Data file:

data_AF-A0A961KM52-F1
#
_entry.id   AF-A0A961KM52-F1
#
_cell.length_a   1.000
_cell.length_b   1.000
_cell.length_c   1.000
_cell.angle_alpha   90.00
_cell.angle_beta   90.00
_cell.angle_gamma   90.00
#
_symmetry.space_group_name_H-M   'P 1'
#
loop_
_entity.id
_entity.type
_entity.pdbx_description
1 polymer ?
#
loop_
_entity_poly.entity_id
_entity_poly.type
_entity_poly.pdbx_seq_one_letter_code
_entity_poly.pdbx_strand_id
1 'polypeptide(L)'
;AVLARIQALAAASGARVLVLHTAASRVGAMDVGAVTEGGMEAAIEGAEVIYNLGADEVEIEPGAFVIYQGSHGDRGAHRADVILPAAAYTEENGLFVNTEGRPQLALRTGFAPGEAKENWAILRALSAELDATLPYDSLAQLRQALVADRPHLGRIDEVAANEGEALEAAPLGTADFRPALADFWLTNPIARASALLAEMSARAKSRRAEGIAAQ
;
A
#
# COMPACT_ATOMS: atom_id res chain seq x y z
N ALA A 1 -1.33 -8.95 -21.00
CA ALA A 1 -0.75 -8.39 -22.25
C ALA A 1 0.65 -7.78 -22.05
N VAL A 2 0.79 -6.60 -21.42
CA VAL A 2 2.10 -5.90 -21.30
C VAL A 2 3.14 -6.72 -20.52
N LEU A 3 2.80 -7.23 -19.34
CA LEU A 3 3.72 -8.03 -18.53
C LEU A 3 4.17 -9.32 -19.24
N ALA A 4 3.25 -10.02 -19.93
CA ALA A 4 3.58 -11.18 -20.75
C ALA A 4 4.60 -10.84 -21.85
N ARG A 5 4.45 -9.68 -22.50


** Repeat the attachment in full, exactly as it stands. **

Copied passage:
data_AF-A0A961KM52-F1
#
_entry.id   AF-A0A961KM52-F1
#
_cell.length_a   1.000
_cell.length_b   1.000
_cell.length_c   1.000
_cell.angle_alpha   90.00
_cell.angle_beta   90.00
_cell.angle_gamma   90.00
#
_symmetry.space_group_name_H-M   'P 1'
#
loop_
_entity.id
_entity.type
_entity.pdbx_description
1 polymer ?
#
loop_
_entity_poly.entity_id
_entity_poly.type
_entity_poly.pdbx_seq_one_letter_code
_entity_poly.pdbx_strand_id
1 'polypeptide(L)'
;AVLARIQALAAASGARVLVLHTAASRVGAMDVGAVTEGGMEAAIEGAEVIYNLGADEVEIEPGAFVIYQGSHGDRGAHRADVILPAAAYTEENGLFVNTEGRPQLALRTGFAPGEAKENWAILRALSAELDATLPYDSLAQLRQALVADRPHLGRIDEVAANEGEALEAAPLGTADFRPALADFWLTNPIARASALLAEMSARAKSRRAEGIAAQ
;
A
#
# COMPACT_ATOMS: atom_id res chain seq x y z
N ALA A 1 -1.33 -8.95 -21.00
CA ALA A 1 -0.75 -8.39 -22.25
C ALA A 1 0.65 -7.78 -22.05
N VAL A 2 0.79 -6.60 -21.42
CA VAL A 2 2.10 -5.90 -21.30
C VAL A 2 3.14 -6.72 -20.52
N LEU A 3 2.80 -7.23 -19.34
CA LEU A 3 3.72 -8.03 -18.53
C LEU A 3 4.17 -9.32 -19.24
N ALA A 4 3.25 -10.02 -19.93
CA ALA A 4 3.58 -11.18 -20.75
C ALA A 4 4.60 -10.84 -21.85
N ARG A 5 4.45 -9.68 -22.50